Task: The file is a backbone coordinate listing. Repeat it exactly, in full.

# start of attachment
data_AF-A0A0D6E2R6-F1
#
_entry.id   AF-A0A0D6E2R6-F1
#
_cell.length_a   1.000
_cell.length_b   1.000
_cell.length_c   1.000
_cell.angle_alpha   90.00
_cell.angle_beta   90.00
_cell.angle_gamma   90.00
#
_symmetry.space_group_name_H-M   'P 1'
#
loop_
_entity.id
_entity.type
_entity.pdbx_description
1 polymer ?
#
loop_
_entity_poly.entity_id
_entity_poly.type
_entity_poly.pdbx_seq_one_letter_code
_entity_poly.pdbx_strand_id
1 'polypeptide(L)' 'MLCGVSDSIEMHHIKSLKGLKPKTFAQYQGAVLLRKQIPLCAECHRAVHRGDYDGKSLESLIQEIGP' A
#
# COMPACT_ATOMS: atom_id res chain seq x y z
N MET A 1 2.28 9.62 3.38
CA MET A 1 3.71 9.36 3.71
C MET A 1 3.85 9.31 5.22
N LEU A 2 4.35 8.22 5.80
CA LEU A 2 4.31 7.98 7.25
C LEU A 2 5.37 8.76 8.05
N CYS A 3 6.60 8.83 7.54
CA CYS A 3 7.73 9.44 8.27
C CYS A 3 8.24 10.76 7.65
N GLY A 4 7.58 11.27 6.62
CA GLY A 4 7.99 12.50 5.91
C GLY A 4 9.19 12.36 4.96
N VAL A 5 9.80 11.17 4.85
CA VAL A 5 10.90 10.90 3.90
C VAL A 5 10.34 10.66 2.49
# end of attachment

data_AF-A0A0D6E2R6-F1
#
_entry.id   AF-A0A0D6E2R6-F1
#
_cell.length_a   1.000
_cell.length_b   1.000
_cell.length_c   1.000
_cell.angle_alpha   90.00
_cell.angle_beta   90.00
_cell.angle_gamma   90.00
#
_symmetry.space_group_name_H-M   'P 1'
#
loop_
_entity.id
_entity.type
_entity.pdbx_description
1 polymer ?
#
loop_
_entity_poly.entity_id
_entity_poly.type
_entity_poly.pdbx_seq_one_letter_code
_entity_poly.pdbx_strand_id
1 'polypeptide(L)' 'MLCGVSDSIEMHHIKSLKGLKPKTFAQYQGAVLLRKQIPLCAECHRAVHRGDYDGKSLESLIQEIGP' A
#
# COMPACT_ATOMS: atom_id res chain seq x y z
N MET A 1 2.28 9.62 3.38
CA MET A 1 3.71 9.36 3.71
C MET A 1 3.85 9.31 5.22
N LEU A 2 4.35 8.22 5.80
CA LEU A 2 4.31 7.98 7.25
C LEU A 2 5.37 8.76 8.05
N CYS A 3 6.60 8.83 7.54
CA CYS A 3 7.73 9.44 8.27
C CYS A 3 8.24 10.76 7.65
N GLY A 4 7.58 11.27 6.62
CA GLY A 4 7.99 12.50 5.91
C GLY A 4 9.19 12.36 4.96
N VAL A 5 9.80 11.17 4.85
CA VAL A 5 10.90 10.90 3.90
C VAL A 5 10.34 10.66 2.49